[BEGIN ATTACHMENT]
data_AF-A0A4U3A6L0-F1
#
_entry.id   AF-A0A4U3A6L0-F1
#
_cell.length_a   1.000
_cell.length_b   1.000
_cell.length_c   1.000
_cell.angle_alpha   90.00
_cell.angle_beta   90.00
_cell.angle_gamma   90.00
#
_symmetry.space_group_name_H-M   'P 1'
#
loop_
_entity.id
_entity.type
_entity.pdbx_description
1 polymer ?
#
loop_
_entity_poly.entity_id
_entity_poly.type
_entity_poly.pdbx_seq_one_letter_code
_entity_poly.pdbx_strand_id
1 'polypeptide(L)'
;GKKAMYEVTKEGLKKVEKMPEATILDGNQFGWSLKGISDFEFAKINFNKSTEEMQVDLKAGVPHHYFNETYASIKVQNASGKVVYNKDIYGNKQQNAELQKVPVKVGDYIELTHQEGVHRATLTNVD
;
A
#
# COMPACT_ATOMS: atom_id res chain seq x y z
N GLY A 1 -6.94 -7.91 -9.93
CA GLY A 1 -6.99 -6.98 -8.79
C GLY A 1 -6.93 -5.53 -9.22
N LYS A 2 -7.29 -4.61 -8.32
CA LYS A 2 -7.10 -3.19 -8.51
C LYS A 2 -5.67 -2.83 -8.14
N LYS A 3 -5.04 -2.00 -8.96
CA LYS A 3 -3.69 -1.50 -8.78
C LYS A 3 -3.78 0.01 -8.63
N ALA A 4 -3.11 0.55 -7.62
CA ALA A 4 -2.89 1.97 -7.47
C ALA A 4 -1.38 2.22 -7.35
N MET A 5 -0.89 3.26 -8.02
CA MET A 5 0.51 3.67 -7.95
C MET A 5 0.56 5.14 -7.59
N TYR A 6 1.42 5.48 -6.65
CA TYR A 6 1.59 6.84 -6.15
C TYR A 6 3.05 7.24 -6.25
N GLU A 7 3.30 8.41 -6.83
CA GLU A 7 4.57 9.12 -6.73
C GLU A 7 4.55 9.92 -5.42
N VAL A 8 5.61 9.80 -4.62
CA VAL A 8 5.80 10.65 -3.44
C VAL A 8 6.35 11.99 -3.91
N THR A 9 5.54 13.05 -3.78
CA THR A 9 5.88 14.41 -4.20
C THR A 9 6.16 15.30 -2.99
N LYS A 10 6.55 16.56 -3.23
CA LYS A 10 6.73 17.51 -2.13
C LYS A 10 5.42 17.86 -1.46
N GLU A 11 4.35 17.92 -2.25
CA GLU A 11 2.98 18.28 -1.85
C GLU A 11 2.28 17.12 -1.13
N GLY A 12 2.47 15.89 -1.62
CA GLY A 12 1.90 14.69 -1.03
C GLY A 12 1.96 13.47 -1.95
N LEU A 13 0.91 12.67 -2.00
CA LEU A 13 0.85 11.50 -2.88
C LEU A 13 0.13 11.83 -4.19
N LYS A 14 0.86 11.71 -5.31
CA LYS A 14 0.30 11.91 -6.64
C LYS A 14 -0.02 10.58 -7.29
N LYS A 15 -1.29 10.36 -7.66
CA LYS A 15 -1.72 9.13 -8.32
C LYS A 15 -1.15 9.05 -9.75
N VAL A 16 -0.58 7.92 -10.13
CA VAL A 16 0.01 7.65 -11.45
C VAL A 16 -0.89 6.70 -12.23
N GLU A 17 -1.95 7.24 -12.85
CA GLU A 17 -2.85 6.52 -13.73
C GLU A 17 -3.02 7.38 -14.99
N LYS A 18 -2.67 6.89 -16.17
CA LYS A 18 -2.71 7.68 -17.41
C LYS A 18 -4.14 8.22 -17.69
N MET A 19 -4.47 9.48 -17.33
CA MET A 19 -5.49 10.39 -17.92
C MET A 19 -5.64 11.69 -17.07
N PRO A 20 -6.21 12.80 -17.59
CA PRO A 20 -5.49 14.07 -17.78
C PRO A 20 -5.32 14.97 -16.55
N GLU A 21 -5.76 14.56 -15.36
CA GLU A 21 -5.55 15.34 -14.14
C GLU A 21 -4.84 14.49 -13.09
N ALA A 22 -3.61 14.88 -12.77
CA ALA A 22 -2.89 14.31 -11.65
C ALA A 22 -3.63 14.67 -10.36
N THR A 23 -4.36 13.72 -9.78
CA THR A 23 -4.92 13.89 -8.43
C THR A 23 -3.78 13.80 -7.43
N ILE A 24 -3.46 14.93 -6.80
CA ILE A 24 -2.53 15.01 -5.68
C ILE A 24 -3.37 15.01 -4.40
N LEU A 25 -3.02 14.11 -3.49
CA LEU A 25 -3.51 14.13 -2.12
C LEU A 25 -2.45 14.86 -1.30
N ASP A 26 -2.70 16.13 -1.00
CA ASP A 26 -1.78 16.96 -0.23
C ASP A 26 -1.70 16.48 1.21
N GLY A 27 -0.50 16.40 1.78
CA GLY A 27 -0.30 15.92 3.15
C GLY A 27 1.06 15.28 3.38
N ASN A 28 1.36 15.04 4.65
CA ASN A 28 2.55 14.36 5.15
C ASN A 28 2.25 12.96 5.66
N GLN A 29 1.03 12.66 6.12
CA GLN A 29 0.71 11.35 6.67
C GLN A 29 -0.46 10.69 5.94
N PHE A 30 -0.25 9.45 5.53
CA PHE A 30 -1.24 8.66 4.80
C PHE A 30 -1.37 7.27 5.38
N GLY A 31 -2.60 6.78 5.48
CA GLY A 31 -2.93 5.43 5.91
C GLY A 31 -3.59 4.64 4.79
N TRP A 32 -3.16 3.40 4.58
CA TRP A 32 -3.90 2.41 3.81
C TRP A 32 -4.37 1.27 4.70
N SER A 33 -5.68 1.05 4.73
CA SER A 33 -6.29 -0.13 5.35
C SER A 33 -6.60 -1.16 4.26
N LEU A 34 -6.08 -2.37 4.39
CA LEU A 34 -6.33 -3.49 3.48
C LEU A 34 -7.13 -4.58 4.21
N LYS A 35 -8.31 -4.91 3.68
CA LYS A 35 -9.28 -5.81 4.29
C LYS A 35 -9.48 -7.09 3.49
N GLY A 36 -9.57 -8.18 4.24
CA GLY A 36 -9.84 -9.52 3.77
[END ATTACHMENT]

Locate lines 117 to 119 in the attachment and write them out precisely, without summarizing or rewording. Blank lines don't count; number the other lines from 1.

C GLN A 29 -0.46 10.69 5.94
N PHE A 30 -0.25 9.45 5.53
CA PHE A 30 -1.24 8.66 4.80